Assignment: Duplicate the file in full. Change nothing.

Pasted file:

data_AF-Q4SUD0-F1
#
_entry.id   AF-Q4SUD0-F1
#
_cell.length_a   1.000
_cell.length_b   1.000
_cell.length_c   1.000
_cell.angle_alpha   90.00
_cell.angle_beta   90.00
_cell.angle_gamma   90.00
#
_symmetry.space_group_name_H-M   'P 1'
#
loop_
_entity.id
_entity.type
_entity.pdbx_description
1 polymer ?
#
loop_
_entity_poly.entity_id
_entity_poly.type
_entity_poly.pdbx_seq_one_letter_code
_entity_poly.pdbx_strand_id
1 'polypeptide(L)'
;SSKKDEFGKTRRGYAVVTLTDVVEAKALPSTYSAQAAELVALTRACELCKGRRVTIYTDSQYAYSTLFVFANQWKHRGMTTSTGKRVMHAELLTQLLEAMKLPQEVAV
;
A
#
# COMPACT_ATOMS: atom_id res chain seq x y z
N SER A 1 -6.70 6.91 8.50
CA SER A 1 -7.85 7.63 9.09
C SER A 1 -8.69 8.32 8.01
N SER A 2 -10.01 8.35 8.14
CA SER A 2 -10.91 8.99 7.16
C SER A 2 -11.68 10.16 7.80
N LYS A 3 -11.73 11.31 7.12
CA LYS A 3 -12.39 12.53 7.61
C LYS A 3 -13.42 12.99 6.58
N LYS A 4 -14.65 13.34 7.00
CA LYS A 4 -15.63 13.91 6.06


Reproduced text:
data_AF-Q4SUD0-F1
#
_entry.id   AF-Q4SUD0-F1
#
_cell.length_a   1.000
_cell.length_b   1.000
_cell.length_c   1.000
_cell.angle_alpha   90.00
_cell.angle_beta   90.00
_cell.angle_gamma   90.00
#
_symmetry.space_group_name_H-M   'P 1'
#
loop_
_entity.id
_entity.type
_entity.pdbx_description
1 polymer ?
#
loop_
_entity_poly.entity_id
_entity_poly.type
_entity_poly.pdbx_seq_one_letter_code
_entity_poly.pdbx_strand_id
1 'polypeptide(L)'
;SSKKDEFGKTRRGYAVVTLTDVVEAKALPSTYSAQAAELVALTRACELCKGRRVTIYTDSQYAYSTLFVFANQWKHRGMTTSTGKRVMHAELLTQLLEAMKLPQEVAV
;
A
#
# COMPACT_ATOMS: atom_id res chain seq x y z
N SER A 1 -6.70 6.91 8.50
CA SER A 1 -7.85 7.63 9.09
C SER A 1 -8.69 8.32 8.01
N SER A 2 -10.01 8.35 8.14
CA SER A 2 -10.91 8.99 7.16
C SER A 2 -11.68 10.16 7.80
N LYS A 3 -11.73 11.31 7.12
CA LYS A 3 -12.39 12.53 7.61
C LYS A 3 -13.42 12.99 6.58
N LYS A 4 -14.65 13.34 7.00
CA LYS A 4 -15.63 13.91 6.06